3 Ways to Play with your Infant Baby
How to Play with your Infant: Why Growing Minds Need Stimulation
Even our great, great, great grandparents knew the importance of tactile, visual, and auditory stimulation for growing minds. We see evidence of this in nostalgic toy ads and the ever-present baby mobile, but did you know that you can nurture your little one without excessive props? It’s true! Growing up is all about learning about your environment, how to play (interact) with others, and setting safe boundaries for curious kids. Mary L. Gavin, a pediatrician who writes for KidsHealth.org, teaches parents the following:
“The first thing your baby will learn is to associate the feel of your touch, the sound of your voice, and the sight of your face with getting his or her needs for comfort and food met. You can encourage your newborn to learn by stimulating your newborn’s senses in positive ways — with smiles, smoothing sounds, and gentle caresses.”
So, let’s talk about how we can stimulate your child through a variety of enrichment activities. I’ve put together my top types of play, and the science behind it, so that you can start to come up with your own inventive ways to play.
Talking to and singing with your baby isn’t just a fun way for you to chat about your day, it’s a great way to get your little used to vowels and consonants. Their little brains are constantly soaking up every single syllable, so don’t be afraid to belt out your favorites in front of them (age appropriate content only, of course). In fact, Psychology Today published an article here discussing the value of “infant-directed singing” and “infant-directed music”. I highly recommend reading the full text, but if you want the quick version, studies have shown that singing improves the emotional bond between caregiver and infant while also positively regulating their moods. A quick word of caution though, little ones have little ears and you should not use headphones.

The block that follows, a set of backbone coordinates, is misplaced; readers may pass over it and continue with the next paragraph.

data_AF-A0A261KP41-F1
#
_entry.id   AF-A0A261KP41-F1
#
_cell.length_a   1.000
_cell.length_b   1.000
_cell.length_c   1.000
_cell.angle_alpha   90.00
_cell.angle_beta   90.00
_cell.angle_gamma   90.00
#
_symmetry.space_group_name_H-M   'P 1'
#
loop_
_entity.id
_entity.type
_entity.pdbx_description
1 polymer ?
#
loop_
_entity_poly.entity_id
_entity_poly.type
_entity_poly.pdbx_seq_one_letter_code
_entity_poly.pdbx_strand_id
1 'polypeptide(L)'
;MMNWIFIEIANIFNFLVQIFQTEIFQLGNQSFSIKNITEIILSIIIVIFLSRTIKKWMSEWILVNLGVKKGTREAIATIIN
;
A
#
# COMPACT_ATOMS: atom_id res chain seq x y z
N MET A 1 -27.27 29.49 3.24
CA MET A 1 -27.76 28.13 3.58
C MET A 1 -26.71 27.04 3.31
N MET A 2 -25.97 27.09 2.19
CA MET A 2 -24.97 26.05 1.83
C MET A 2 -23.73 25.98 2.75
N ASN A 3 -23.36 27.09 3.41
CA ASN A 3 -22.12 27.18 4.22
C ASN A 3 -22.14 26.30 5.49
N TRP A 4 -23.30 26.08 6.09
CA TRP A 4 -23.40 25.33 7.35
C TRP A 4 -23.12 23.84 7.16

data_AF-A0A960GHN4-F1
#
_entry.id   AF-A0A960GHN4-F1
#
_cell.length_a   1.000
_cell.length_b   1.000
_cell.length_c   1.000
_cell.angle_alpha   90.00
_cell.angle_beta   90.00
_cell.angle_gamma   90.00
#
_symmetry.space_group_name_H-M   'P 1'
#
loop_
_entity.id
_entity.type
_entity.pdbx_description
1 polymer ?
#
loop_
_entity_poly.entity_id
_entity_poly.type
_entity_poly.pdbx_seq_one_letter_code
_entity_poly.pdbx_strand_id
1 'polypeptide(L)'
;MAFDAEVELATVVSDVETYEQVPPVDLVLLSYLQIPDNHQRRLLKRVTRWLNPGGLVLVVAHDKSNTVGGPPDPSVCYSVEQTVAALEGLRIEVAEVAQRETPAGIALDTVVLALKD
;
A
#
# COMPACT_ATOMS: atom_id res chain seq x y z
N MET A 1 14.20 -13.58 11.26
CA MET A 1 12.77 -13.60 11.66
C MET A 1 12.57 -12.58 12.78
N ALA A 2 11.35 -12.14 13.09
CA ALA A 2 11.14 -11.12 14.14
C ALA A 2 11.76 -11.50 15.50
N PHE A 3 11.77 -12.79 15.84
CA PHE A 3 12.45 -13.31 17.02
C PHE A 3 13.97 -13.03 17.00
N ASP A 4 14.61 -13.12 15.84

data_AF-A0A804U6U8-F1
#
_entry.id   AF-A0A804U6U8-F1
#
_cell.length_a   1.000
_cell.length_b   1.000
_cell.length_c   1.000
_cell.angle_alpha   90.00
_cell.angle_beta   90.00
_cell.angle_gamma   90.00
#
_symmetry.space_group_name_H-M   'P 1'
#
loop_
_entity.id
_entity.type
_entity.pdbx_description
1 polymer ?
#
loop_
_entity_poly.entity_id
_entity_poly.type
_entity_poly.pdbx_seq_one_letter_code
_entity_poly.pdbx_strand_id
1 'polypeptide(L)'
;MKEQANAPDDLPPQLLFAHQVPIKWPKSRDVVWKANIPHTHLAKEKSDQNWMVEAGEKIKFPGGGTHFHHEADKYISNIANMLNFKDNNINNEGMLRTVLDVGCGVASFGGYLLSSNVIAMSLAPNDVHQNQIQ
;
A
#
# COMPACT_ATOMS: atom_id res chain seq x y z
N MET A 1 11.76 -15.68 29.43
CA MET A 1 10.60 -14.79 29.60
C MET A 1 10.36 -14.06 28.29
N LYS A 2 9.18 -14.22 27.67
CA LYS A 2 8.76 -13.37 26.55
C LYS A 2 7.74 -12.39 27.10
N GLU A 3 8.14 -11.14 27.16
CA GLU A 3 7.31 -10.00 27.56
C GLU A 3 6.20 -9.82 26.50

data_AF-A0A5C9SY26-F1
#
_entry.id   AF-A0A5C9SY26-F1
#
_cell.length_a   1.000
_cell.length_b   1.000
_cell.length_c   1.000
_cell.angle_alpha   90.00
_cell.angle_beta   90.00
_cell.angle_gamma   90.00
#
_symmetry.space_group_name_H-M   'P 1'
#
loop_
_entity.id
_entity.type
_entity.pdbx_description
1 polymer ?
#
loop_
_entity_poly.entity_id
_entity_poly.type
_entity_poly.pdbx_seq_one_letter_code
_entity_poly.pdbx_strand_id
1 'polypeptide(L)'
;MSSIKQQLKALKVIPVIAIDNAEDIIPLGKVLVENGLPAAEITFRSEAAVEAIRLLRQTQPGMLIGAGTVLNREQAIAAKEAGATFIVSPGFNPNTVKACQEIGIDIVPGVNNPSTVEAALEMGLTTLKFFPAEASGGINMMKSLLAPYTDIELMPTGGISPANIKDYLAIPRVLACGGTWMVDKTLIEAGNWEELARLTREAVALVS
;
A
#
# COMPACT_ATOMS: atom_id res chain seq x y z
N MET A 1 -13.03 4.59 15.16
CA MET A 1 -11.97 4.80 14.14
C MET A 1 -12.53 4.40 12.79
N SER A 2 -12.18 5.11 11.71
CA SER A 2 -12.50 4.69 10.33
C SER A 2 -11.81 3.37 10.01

One of the best word plays is to read to your baby. You can start reading to them from day one. Human language, and word play, is directly associated with infants cognitive, language, and emotional development so go ahead and talk to them as much as possible!
Try talking to, singing to, and making funny faces at your little while they are down on tummy time. It is a great distraction if your baby doesn’t like tummy time.
Specifically, you should make funny faces at your infant. Really. It’s not just a silly game to make them giggle and laugh, though it certainly does that as well. Try doing this one in front of a mirror! It’s well understood that by mimicking your child’s facial expressions and then teaching them new ones, it improves their facial recognition and fine muscle development. In fact, Heidi Murkoff, author of What to Expect in the First Year wrote a lovely piece for Whattoexpect.com detailing the science behind funny faces. When it comes to funny faces, she writes:
This simple game stimulates your baby’s social, visual, and emotional development — not to mention his listening skills. Plus, the intimacy between the two of you promotes bonding and teaches him social cues for seeking (and receiving!)
Another engaging activity is to walk around the house with your baby in your arms and let them explore. Feel the different textures of the wall and the soft fabrics, warm things, cold things and say the words associated with them. This is a great bonding activity, it teaches them language, engages their senses and builds a sense of security while they explore their surroundings.
Classic Childhood Games
I’m not talking checkers and chess, I’m talking about those old-fashioned games of Peek-a-Boo and Patty-Cake. These games combine the word play and physical play detailed above so you’ll find your child remains engaged even as they move through infancy into toddlerhood. When you incorporate nursery rhymes (infant-directed singing or music) along with exaggerated physical gestures, you are teaching your baby about spatial relationships, communication, and gross motor movement. Peek-a-Boo, in particular, is praised by developmental psychologists as a to demonstrate the child’s understanding of object permanence. Object permanence is an important stage in a child’s cognitive development in which they understand that just because they can’t see something, doesn’t mean it’s not there. Psychologist Jean Piaget conducted experiments with infants which led him to conclude that this awareness was typically achieved at eight to nine months of age which means you have plenty of time to incorporate this type of educational play.
Those are three different ways that you can play with your infant baby. This bonding time is invaluable to the healthy development of your precious baby. I hope this article gave you a few new ideas on how to spend time with your little one! Tell me what is your favorite way to play with your baby?